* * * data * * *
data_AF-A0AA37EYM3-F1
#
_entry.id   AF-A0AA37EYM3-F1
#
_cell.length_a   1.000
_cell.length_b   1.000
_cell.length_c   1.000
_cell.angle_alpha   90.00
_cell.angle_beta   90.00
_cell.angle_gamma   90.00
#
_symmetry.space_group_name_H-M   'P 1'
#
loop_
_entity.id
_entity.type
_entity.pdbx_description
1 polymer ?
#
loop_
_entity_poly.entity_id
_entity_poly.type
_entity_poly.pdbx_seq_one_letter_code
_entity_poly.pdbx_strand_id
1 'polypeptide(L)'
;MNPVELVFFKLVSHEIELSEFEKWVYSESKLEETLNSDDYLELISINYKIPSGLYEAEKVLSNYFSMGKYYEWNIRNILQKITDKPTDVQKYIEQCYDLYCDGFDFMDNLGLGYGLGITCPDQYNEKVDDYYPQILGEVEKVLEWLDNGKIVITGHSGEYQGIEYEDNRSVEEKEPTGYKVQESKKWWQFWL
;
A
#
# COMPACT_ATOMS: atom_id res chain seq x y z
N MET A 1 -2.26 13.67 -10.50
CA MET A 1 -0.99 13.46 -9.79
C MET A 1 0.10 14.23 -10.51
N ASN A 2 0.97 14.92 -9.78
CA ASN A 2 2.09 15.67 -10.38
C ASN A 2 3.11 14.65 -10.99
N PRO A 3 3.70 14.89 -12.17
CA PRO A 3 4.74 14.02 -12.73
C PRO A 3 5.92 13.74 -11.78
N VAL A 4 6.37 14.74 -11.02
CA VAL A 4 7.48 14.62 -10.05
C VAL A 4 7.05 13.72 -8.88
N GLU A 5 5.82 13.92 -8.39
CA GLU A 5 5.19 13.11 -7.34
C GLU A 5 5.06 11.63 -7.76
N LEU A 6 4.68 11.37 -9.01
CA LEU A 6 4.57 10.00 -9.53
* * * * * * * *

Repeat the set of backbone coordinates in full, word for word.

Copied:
data_AF-A0AA37EYM3-F1
#
_entry.id   AF-A0AA37EYM3-F1
#
_cell.length_a   1.000
_cell.length_b   1.000
_cell.length_c   1.000
_cell.angle_alpha   90.00
_cell.angle_beta   90.00
_cell.angle_gamma   90.00
#
_symmetry.space_group_name_H-M   'P 1'
#
loop_
_entity.id
_entity.type
_entity.pdbx_description
1 polymer ?
#
loop_
_entity_poly.entity_id
_entity_poly.type
_entity_poly.pdbx_seq_one_letter_code
_entity_poly.pdbx_strand_id
1 'polypeptide(L)'
;MNPVELVFFKLVSHEIELSEFEKWVYSESKLEETLNSDDYLELISINYKIPSGLYEAEKVLSNYFSMGKYYEWNIRNILQKITDKPTDVQKYIEQCYDLYCDGFDFMDNLGLGYGLGITCPDQYNEKVDDYYPQILGEVEKVLEWLDNGKIVITGHSGEYQGIEYEDNRSVEEKEPTGYKVQESKKWWQFWL
;
A
#
# COMPACT_ATOMS: atom_id res chain seq x y z
N MET A 1 -2.26 13.67 -10.50
CA MET A 1 -0.99 13.46 -9.79
C MET A 1 0.10 14.23 -10.51
N ASN A 2 0.97 14.92 -9.78
CA ASN A 2 2.09 15.67 -10.38
C ASN A 2 3.11 14.65 -10.99
N PRO A 3 3.70 14.89 -12.17
CA PRO A 3 4.74 14.02 -12.73
C PRO A 3 5.92 13.74 -11.78
N VAL A 4 6.37 14.74 -11.02
CA VAL A 4 7.48 14.62 -10.05
C VAL A 4 7.05 13.72 -8.88
N GLU A 5 5.82 13.92 -8.39
CA GLU A 5 5.19 13.11 -7.34
C GLU A 5 5.06 11.63 -7.76
N LEU A 6 4.68 11.37 -9.01
CA LEU A 6 4.57 10.00 -9.53